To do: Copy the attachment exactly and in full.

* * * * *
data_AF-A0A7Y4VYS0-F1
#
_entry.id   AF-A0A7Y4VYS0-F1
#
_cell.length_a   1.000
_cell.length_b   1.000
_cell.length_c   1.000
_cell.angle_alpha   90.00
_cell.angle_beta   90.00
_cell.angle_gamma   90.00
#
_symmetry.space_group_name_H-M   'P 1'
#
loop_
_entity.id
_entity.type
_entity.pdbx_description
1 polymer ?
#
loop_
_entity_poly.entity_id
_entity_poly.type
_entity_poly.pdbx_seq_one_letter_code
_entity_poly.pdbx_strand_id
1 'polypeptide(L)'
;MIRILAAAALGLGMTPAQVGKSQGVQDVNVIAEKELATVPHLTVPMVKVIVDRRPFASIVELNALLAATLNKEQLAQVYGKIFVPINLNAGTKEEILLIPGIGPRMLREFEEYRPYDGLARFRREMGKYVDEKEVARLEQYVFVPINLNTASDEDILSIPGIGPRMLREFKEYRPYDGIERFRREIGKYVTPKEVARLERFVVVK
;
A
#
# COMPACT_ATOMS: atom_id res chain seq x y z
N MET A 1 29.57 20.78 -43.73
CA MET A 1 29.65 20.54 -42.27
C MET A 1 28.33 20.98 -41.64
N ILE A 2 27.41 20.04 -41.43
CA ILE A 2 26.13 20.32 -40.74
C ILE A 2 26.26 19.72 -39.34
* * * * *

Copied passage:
data_AF-A0A7Y4VYS0-F1
#
_entry.id   AF-A0A7Y4VYS0-F1
#
_cell.length_a   1.000
_cell.length_b   1.000
_cell.length_c   1.000
_cell.angle_alpha   90.00
_cell.angle_beta   90.00
_cell.angle_gamma   90.00
#
_symmetry.space_group_name_H-M   'P 1'
#
loop_
_entity.id
_entity.type
_entity.pdbx_description
1 polymer ?
#
loop_
_entity_poly.entity_id
_entity_poly.type
_entity_poly.pdbx_seq_one_letter_code
_entity_poly.pdbx_strand_id
1 'polypeptide(L)'
;MIRILAAAALGLGMTPAQVGKSQGVQDVNVIAEKELATVPHLTVPMVKVIVDRRPFASIVELNALLAATLNKEQLAQVYGKIFVPINLNAGTKEEILLIPGIGPRMLREFEEYRPYDGLARFRREMGKYVDEKEVARLEQYVFVPINLNTASDEDILSIPGIGPRMLREFKEYRPYDGIERFRREIGKYVTPKEVARLERFVVVK
;
A
#
# COMPACT_ATOMS: atom_id res chain seq x y z
N MET A 1 29.57 20.78 -43.73
CA MET A 1 29.65 20.54 -42.27
C MET A 1 28.33 20.98 -41.64
N ILE A 2 27.41 20.04 -41.43
CA ILE A 2 26.13 20.32 -40.74
C ILE A 2 26.26 19.72 -39.34